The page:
As the nation’s obesity crisis afflicts more and more of our young people, a new victim has been identified as suffering from unexpected, premature girth: The proposed skyscraper at 110 North Wacker Drive.
This once svelte shaft of glass and steel that is intended to replace the old General Growth Properties headquarters building has unexpectedly bulked out, adding 100,000 square feet to the 50-something-story tower, while adding no more to its maximum projected height of 800 feet.
How can this happen? We dug through the garbage at 224 South Michigan Avenue and found no empty boxes of Chocolate Coated Sugar Bombs. No evidence of candy bars, except the ones that pretend to be nutrition boosters. Not even a single half-eaten peanut butter, bacon, and banana sammitch. Clearly the weight gain here isn’t from what Goettsch Partners has been feeding its baby. So we checked City Hall.
There we found the culprit – a proposed new Floor Area Ratio bonus of 19.97, which brings this skyscraper’s total bulk F.A.R. to 35.97. That’s up from the 33.72 it had back in March, when the bonus was just 17.72. As you can see in the illustration below, 110 North Wacker is never going to fit into its nice pinstripe suit again.
The design on the left is from January of this year. Three large setbacks, giving it the appealing forced-perspective of Cinderella’s Castle. Then on the right, the change approved by the City of Chicago in June, with all the subtlety of an AFC linebacker.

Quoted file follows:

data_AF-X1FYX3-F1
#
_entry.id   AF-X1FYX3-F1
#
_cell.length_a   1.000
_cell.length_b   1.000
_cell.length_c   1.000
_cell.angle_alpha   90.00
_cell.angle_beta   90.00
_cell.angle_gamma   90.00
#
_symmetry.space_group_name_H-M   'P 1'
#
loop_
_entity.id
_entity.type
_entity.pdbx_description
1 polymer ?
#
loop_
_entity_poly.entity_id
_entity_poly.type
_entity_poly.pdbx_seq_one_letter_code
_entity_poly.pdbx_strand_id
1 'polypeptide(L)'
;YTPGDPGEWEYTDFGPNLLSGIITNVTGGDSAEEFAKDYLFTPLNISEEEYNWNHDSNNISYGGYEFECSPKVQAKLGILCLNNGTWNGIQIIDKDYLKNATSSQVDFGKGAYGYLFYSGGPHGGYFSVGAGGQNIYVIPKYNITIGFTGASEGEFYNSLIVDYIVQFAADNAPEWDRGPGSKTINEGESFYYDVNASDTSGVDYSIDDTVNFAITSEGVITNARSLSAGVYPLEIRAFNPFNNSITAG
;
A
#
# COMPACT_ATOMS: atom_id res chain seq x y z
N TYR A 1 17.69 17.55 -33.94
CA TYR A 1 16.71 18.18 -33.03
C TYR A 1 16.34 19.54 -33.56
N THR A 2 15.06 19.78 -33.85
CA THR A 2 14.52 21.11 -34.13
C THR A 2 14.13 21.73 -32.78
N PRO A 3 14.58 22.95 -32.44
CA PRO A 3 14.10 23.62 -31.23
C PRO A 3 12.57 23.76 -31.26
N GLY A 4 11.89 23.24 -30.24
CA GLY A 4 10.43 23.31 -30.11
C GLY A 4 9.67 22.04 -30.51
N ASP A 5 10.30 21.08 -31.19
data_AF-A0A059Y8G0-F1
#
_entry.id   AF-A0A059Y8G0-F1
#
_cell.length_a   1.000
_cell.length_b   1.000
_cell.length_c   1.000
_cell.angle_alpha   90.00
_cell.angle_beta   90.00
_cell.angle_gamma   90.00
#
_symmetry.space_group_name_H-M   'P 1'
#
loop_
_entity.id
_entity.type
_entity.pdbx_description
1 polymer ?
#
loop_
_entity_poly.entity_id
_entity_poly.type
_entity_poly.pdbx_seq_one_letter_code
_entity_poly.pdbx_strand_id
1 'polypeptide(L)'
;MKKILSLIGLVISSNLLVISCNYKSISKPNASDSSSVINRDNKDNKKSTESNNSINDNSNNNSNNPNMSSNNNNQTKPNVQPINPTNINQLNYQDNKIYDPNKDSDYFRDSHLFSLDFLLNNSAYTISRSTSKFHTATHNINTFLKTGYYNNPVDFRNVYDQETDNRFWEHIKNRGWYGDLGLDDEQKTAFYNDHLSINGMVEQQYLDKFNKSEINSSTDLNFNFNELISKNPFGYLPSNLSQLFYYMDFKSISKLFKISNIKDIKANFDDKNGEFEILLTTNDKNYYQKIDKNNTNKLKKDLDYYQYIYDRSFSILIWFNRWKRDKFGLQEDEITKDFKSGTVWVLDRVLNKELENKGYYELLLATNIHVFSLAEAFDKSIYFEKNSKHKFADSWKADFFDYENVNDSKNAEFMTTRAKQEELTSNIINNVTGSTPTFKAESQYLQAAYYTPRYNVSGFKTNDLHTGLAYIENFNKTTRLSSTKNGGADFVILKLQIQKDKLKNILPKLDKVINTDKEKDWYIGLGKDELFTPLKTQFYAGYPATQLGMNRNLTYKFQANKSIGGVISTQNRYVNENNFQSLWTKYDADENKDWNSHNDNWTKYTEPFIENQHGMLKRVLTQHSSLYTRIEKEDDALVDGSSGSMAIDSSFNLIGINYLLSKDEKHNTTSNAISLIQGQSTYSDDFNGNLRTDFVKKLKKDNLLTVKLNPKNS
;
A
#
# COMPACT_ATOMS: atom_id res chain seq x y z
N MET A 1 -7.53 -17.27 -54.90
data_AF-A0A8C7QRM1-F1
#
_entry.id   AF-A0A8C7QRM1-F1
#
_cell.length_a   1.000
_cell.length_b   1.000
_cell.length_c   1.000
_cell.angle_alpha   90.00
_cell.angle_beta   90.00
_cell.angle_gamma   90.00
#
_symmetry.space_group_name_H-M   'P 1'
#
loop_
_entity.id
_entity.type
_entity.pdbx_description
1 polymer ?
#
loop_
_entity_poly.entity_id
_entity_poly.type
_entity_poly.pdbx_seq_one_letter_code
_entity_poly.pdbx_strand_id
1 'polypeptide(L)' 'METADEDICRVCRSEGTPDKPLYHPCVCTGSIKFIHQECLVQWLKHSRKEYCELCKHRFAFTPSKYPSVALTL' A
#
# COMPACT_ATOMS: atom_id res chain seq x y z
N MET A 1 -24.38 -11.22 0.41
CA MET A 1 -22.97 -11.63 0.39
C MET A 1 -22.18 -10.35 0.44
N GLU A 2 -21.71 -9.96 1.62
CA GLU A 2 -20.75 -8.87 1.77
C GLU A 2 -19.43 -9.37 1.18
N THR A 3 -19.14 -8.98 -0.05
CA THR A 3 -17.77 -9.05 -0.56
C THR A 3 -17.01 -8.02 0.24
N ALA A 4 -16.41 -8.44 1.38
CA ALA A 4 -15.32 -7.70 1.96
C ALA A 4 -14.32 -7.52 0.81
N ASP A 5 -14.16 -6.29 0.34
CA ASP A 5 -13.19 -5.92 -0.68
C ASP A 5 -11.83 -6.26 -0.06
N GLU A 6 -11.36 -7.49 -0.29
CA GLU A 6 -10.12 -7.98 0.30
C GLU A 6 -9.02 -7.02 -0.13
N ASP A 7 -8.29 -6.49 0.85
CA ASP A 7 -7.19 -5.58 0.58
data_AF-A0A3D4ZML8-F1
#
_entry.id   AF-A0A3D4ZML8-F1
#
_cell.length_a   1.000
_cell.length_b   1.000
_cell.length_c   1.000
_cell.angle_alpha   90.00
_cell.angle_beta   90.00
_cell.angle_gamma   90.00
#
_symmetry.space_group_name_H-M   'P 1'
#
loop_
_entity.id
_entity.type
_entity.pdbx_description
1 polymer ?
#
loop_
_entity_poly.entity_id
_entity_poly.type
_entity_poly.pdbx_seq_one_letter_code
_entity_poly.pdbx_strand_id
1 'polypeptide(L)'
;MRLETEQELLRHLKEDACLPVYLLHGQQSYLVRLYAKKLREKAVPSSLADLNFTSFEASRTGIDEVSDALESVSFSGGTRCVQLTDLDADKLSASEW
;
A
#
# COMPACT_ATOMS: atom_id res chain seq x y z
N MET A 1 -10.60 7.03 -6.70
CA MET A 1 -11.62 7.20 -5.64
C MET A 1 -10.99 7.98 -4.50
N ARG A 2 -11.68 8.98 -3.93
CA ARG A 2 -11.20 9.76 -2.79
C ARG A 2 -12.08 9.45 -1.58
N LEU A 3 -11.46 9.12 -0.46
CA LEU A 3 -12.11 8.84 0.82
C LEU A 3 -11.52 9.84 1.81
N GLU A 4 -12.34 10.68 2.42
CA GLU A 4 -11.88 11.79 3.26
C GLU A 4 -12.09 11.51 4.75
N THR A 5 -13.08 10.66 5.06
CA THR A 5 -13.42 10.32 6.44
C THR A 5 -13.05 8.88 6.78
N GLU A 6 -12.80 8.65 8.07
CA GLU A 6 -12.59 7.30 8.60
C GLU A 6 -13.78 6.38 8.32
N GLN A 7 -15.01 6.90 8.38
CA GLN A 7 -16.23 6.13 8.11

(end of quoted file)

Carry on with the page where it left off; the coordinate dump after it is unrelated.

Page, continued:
The 38th floor setback is gone. And the one near the top of the building has been relocated from the 54th floor to the 51st floor. The reason for the change is simply that developers Howard Hughes Corporation and Riverside Investment and Development have a potential client who needs more contiguous floor space. And when you’re leasing 30,000 square feet in an as-yet-unbuilt skyscraper, you get to throw your weight around a little bit.
All of this assumes that the project moves forward. You’ll remember that earlier this month we reported that the Army might block the demolition of the existing building. The developers appear to be banking on working around that challenge, since they submitted the revised plans to the City of Chicago just a few days ago.
Revised drawings of 110 North Wacker below.